Things To Know Before Buying A Fuel Tank For Your Peterbilt

Posted on March 25th 2014

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You bought a Peterbilt because quality and strength matter to you. You take pride in your truck and you want it to keep its original factory style and appeal. Only durable components that meet or exceed the original manufacturer’s specifications will do. Some people believe all fuel tanks are the same. Not true. Like anything else – when you don’t know what to look for you’ll make your decision on price alone. You may waste money on lesser quality products that will cost time and frustration. This guide will help you learn what to look for to ensure you get replacement tanks you can be proud of without a hefty price tag, regardless of who the manufacturer is.


1. Insist On A Fit Guarantee


We’ve done our research and spoken with hundreds of owner/ operators and fleet maintenance techs. They tell us that one of the most important things about buying a replacement fuel tank is the fit. If it’s a nightmare just to get the unit installed it can cost a lot of time and money and further extend your down time. There’s a bit more to it than just hanging a can on the frame. The ports need to line up, the cap has to be in the right place and the straps need to fit. To make sure that your supplier is committed to sending you a fuel tank that will fit without question, insist on a fit guarantee. If it doesn’t fit they should refund your money and pay for return shipping. Don’t accept anything less.  


2. Material Thickness Matters


Material cost is a big part of the overall cost of the fuel tank so it’s one of the first places manufacturers could go to cut corners without you even knowing. We are proud to say that the wrap on our tanks is 25% thicker than the OEM tanks Peterbilt uses.


3. Specify The Coating


Road salt and salt from the sea air in coastal areas is one of the biggest enemies of metal fuel tanks. Fortunately, most Peterbilt tanks are made of aluminum. If you’re replacing steel tanks, ask the manufacturer what kind of coating they use to protect their tanks. Insist on rust resistant enamel paint or powder coat to inhibit rust caused by salt.


4. Ask About Weld Types


Another factor affecting the life of your new tank is something most people simply take for granted and completely overlook.  That is the type of weld used on the flanges. Much of the vibration and stress transfers to the welds along the flanges. The trouble is; it takes a lot of wear and tear before it shows up as a problem – probably long after the warranty expires. From a distance all welds look pretty much the same but TIG welds are much stronger than MIG welds on aluminum. 



 5. Insist on Domed Heads


One of the striking characteristics of Peterbilt fuel tanks is the domed heads on the ends of the tanks. Any manufacturer can produce flat heads for fuel tanks but we went to great lengths to provide you heads that match the domed look, quality material and workmanship of your original Peterbilt fuel tank.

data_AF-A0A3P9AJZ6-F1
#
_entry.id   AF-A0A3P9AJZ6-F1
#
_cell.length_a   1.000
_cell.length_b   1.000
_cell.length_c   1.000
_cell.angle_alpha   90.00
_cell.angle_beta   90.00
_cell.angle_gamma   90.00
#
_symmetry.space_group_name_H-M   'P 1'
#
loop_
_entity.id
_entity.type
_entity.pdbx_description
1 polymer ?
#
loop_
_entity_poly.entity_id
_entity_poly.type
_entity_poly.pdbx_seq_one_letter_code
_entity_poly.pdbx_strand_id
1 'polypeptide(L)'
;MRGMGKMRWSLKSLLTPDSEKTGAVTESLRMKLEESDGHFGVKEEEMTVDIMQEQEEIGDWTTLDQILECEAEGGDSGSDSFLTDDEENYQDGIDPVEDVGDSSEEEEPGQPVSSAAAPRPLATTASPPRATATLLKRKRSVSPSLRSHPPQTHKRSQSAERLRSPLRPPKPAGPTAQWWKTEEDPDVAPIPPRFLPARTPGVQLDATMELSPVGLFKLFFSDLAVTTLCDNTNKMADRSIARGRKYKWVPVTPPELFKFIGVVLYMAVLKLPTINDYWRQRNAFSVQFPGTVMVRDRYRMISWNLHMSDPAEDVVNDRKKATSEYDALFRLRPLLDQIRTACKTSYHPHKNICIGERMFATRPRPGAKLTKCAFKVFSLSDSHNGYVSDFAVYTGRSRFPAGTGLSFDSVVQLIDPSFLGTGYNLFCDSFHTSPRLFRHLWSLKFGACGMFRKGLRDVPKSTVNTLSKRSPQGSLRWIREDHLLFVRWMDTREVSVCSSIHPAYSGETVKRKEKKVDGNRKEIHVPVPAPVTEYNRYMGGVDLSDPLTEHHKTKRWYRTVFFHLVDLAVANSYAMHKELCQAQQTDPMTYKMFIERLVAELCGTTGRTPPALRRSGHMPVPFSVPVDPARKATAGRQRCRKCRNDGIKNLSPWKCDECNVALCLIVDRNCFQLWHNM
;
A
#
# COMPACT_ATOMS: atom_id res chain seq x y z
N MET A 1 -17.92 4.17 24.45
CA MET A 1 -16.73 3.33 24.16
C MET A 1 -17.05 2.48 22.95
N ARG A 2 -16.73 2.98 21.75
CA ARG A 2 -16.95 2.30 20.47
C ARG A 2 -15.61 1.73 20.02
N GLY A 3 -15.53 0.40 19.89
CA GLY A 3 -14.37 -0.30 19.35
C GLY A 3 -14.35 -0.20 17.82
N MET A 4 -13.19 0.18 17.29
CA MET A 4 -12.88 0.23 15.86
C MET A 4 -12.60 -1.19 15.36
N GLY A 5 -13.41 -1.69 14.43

6. Specify A Pressure Tested Tank


Ask the manufacturer if they do leak testing on their tanks. They are likely to tell you that they do. Now ask if they use SPC (statistical process checking) or 100% leak testing at 5 psi. Don’t take the risk and accept SPC. Statistical process checking means they take a few random samples and pressure test them. It’s a bit like Russian roulette. Do you want to take the risk of receiving the tank with a pinhole because yours wasn’t pressure tested? We believe manufacturers should do more than talk about quality and testing every tank is the only way to ensure quality.


7. Replace Dual Tanks Together


Here’s a tip that could save you some frustration down the road. If you have dual tanks you should consider replacing them both at the same time. Chances are good that the other one is near the end of its life too. Otherwise its going to be like déjà vu all over again. As a bonus you’ll save on freight charges. The cost of shipping two tanks is often the same or only slightly more than shipping one.


8. How Does It Look?


We believe no matter what kind of tank you buy it should look great when you get it – no paint drips, no scratches, dents or scrapes. The guys that build it and package it should be proud of their work and you should expect nothing less than 100% satisfaction that even extends to the look of the tank.


9. You Deserve Choices


If you have room for a tank 10 inches longer, why not get a larger tank to cut down on refueling stops? Do you want your port placement or fuel cap in a specific place? Just ask – it should cost no more. Your supplier should offer options like locking fuel caps, fuel heaters, visual gauges and sending units. These are all choices we offer our Peterbilt customers.


10. Get Shipping Confirmation


Finally, you should get your tank when the supplier said you will receive it. Although your supplier can’t control what happens when it leaves his dock, you should ask them to send you a confirmation of shipping and a tracking number. This will give you an independent report of the day it was picked up and where it is along the way so you can track the delivery progress.


We hope you found this guide helpful. You can clearly see that we have a strong commitment to providing fuel tanks for your Peterbilt that bear a striking resemblance to the originals. If you have any questions or comments about our products please visit our website at



Propower Manufacturing Inc.

Phone (877) 741-2365

Dealer Inquiries (519) 737-1197

5160 O'Neil Dr., Oldcastle, Ontario N0R 1L0

© 2011 Propower Mfg. Inc. 14300 Henn Rd., Dearborn, Michigan, USA 48126 (877) 741-2365